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Indian state to inspect cultivation of Monsanto's unapproved GM cotton

By Mayank Bhardwaj

NEW DELHI, Oct 6 (Reuters) - A top Indian cotton-producing
state has ordered an inspection of fields planted with an
unapproved variety of genetically modified seeds developed by
Monsanto, which is fighting to retain its market in the
world's biggest grower of the fibre.

Farmers in Andhra Pradesh have planted 15 percent of the
cotton area in the state with Bollgard II Roundup Ready Flex
(RRF), prompting the local government on Friday to form a panel
of officials to "inspect the fields of farmers growing RRF".

The order, issued by senior Andhra Pradesh official B.
Rajasekhar, did not say how the farmers accessed the unapproved
variety of genetically modified (GM) cotton. Calls to his office
went unanswered.

"It's a matter of grave concern that some seed companies,
while suppressing their real intent of profiteering, are
attempting to illegally incorporate unauthorised and unapproved
herbicide-tolerant technologies into their seeds," a Monsanto
spokesman said.

"Commercial release of GM technologies in India without the
requisite regulatory approvals may not only pose tremendous
risks for the country’s farmers, it may also be in violation of
applicable laws of the land."

The spokesman did not identify the local companies.

Bollgard II RRF is a proprietary technology owned by
Monsanto, the world's biggest seed maker, which last year
withdrew its application seeking approval from the regulator,
Genetic Engineering Appraisal Committee (GEAC), for this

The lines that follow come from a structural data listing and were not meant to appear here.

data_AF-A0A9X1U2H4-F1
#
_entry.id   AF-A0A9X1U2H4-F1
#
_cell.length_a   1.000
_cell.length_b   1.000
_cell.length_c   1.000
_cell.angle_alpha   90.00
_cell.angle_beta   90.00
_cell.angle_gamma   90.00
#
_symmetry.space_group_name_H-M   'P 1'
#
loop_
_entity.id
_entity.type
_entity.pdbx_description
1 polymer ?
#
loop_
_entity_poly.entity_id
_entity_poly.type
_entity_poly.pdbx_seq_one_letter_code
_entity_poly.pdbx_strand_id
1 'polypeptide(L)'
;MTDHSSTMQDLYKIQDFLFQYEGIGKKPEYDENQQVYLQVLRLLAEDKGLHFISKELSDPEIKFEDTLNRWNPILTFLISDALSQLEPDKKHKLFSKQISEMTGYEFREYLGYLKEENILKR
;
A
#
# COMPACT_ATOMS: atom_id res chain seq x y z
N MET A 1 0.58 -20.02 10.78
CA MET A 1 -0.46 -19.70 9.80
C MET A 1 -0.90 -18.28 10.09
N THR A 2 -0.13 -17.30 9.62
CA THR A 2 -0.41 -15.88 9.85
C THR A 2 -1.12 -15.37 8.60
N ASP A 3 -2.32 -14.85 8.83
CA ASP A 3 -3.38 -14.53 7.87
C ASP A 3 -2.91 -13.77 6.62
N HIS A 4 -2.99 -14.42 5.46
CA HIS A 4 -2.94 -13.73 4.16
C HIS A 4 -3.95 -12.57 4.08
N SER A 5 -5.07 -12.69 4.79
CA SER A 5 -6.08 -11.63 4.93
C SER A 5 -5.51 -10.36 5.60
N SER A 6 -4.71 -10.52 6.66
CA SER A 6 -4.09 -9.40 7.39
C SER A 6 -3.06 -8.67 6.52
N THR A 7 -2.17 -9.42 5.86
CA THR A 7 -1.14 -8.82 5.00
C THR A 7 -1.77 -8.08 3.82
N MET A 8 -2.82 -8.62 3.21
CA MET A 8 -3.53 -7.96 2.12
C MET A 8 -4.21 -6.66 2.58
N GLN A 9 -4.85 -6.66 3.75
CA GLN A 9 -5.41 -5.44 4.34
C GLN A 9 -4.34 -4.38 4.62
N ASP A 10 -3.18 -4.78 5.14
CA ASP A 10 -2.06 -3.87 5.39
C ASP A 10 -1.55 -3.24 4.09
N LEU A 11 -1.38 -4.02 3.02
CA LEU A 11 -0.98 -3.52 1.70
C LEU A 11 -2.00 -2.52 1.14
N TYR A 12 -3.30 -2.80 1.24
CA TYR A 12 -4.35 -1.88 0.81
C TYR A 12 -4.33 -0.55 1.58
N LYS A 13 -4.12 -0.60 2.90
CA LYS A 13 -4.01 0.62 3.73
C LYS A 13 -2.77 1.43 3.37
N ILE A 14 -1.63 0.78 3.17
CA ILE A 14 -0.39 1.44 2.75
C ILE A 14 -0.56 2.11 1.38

variety.

The withdrawal was seen as a major escalation in a
long-running dispute between the Indian government and Monsanto,
which is also locked in a bitter battle with Andhra
Pradesh-based Nuziveedu Seeds Ltd.

Monsanto applied for GEAC approval of Bollgard II RRF, known
for its herbicide-tolerant properties, in 2007. When the U.S.
company withdrew the application last year, it was in the final
stages of a lengthy process that included years of field trials.

The illegal sale of the seeds violates India's environmental
protection rules, said C.D. Mayee, president of the South Asia
Biotech Centre, a not-for-profit scientific society.

Mayee, a former government scientist, estimated that 3.5
million packets of such seeds were sold this season.

"Over the years, we have kept the regulators and key
stakeholders apprised of the illegal usage of unapproved
technology," the Monsanto spokesman said.

"Even as late as August 2017, we have sought their
intervention on the gross misuse of patented and regulated
technologies which may pose numerous other challenges to India’s
cotton ecosystem."

A spokesman for the federal environment ministry was not
immediately available for comment.

New Delhi approved the first GM cotton seed trait in 2003
and an upgraded variety in 2006, helping transform India into
the world's top producer and second-largest exporter of the
fibre.

(Editing by Krishna N. Das and Dale Hudson)

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